The power of dish soap
You can give your dog a quick flea bath without using any chemical shampoos. A bath with regular dish soap will effectively kill adult fleas by drowning them. Veterinarians usually recommend Dawn, but any similar product will do.
These products work by reducing the surface tension of the water, preventing fleas from being able to repel water or escape from drowning. If you use a gentle soap, you can do this on a regular basis as an immediate flea-killing solution.
Natural flea repellents and sprays
Companies such as Vet’s Best make flea sprays using plant-based ingredients, including peppermint oil and clove oil. They may also contain sodium lauryl sulfate. These ingredients work together to kill adult fleas and flea eggs, and they can be used directly on your dog as well as any bedding.
Similar plant-based sprays are designed to repel fleas, thus preventing them from jumping onto your dog in the first place. These formulas often contain eucalyptus, rosemary, peppermint, rosewood and other essential oils.
Diatomaceous earth is another popular option for killing fleas and eggs. This natural powder works by breaking up insect skeletons and drying out their bodies. Make sure to buy food-grade diatomaceous earth, and be careful not to breathe in too much of the powder.
Manually removing fleas is time-consuming, but in many cases it’s the only way to provide some relief to your pet.
For the natural approach to flea treatment, flea combs are absolutely essential. However, they’re useful even when using chemical treatments. They’re the easiest way to spot fleas on your dog and remove them before they can continue to bite and reproduce.
Treating the environment
If a flea infestation has already developed on your dog, you must treat the home as well. Vacuum consistently and thoroughly, and then fog or spray with a product that contains an adulticide as well as an insect growth regulator (IGR).
Foggers are useful for treating large areas at once, while sprays are better for spot-treating any hard-to-reach areas as well as cracks and baseboards. Most are effective for months at a time, though you may have to do multiple initial treatments.
You must also wash any bedding that your pet sleeps on weekly. Use hot water and soap, and treat the fabric with a flea spray containing an IGR.
Talk to your veterinarian
If you’re still uncertain about which flea product is right for your pet, don’t hesitate to ask your local veterinarian what they recommend. You should keep your vet updated about your treatment regimen, since they can recommend additional products based on your dog’s age, diet, breed, medical history and level of infestation.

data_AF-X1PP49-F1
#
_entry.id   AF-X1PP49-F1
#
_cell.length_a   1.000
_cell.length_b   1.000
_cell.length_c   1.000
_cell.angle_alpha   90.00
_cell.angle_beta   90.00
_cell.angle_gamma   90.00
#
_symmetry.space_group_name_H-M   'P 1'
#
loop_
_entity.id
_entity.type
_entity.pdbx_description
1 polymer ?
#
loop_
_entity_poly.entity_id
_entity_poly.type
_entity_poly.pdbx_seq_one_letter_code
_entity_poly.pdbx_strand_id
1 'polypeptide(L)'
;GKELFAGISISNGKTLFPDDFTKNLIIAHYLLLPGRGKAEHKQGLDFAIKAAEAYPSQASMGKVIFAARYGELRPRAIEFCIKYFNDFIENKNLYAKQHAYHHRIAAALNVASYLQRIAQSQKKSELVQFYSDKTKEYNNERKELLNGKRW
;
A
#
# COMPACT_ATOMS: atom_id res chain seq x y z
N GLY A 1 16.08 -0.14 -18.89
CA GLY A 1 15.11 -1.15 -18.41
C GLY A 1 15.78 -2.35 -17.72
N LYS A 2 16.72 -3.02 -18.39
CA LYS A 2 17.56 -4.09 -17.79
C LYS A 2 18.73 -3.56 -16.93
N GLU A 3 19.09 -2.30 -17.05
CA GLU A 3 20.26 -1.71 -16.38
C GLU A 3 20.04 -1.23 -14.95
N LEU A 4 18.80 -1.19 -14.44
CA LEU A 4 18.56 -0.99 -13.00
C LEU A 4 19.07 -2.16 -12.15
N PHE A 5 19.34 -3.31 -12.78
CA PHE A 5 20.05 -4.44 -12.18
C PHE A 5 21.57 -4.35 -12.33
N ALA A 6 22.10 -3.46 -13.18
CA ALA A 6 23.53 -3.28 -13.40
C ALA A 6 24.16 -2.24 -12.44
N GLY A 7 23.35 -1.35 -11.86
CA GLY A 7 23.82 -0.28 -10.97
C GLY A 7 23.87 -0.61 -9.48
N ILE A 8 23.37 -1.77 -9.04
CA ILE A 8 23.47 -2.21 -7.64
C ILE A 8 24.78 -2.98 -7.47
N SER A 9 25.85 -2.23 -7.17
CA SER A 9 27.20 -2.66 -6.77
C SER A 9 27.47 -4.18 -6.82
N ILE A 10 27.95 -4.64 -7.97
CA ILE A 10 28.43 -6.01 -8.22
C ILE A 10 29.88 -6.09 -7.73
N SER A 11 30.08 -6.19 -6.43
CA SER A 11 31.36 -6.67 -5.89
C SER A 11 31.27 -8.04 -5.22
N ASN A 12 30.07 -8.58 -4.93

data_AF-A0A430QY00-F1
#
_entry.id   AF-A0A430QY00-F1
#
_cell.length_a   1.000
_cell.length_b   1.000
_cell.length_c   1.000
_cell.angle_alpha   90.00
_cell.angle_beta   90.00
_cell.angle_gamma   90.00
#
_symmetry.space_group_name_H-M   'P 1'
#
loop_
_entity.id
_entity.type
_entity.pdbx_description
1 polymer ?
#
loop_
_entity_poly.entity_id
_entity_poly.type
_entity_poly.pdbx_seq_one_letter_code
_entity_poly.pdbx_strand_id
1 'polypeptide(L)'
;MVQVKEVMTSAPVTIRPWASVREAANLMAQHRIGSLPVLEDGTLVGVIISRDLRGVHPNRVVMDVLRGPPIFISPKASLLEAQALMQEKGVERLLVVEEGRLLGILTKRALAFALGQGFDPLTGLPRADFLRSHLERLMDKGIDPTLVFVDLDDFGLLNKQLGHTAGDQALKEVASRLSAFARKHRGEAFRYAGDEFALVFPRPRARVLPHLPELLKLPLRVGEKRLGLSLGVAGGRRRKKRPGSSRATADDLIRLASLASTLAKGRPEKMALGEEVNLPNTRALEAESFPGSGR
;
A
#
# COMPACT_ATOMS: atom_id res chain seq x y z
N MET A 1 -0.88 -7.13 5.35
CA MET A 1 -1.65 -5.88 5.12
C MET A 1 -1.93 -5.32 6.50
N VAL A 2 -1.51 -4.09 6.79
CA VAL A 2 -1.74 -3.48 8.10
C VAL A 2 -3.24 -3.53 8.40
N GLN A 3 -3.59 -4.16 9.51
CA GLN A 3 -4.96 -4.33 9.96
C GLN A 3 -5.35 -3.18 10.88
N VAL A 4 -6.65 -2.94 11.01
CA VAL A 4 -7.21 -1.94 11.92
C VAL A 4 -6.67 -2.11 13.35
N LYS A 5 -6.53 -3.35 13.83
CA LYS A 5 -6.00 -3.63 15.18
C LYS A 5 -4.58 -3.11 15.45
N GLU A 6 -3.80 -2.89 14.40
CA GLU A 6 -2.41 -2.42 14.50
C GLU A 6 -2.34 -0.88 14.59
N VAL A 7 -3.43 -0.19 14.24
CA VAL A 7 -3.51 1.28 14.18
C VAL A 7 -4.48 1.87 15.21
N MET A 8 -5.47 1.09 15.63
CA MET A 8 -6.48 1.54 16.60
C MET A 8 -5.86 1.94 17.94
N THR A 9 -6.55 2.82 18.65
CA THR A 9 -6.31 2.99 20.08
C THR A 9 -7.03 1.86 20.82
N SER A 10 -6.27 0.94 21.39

A local veterinarian can also give expertise based on the local flea population. Some cities tend to have fleas that are resistant to topical treatments, for example. A local vet will be able to give specific recommendations based on what works for dogs in your area.
Top Rated Dog Flea Treatments
If you're looking into finding the best rated dog flea treatment, you should probable check out the KEXMY and Tick Collar for Dogs. We looked at various sources of reviews and found this one to have the best mix between review count and average rating stars.
Often, going for the best price is a simple but good option. With a price of $16.91 (last checked on March 23, 2019), we do not list any other dog flea treatment cheaper than the SENTRY Fiproguard for Dogs. Just remember that it's not always the best option to go for the cheapest one.
The Dog Flea Treatment with the Most Reviews
With at least 2979 reviews and counting, the Frontline Plus for Dogs Small and Tick Treatment might be another option to consider. This large amount of reviews signalizes that many people are using it, with most of them beeing satisfied.
It's quite rare that the saying "You get what you pay for" turns out incorrect. If you have the money on the sideline, feel free to choose the most expensive item from our list: The Frontline Plus for Dogs Small and Tick Treatment currently sells for $63.93.
Most Clicked Dog Flea Treatment
If you trust us and our users, feel free to check out the KEXMY and Tick Collar for Dogs. Our statistics say that it is the most favorite Dog Flea Treatment from the list above.
If you're still undecided, I would recommend that you go with the masses and choose the top selling dog flea treatment: The KEXMY and Tick Collar for Dogs for currently $17.95 on Amazon (last checked on March 23, 2019).
That's it for now, please remember that this list is updated on a regular basis.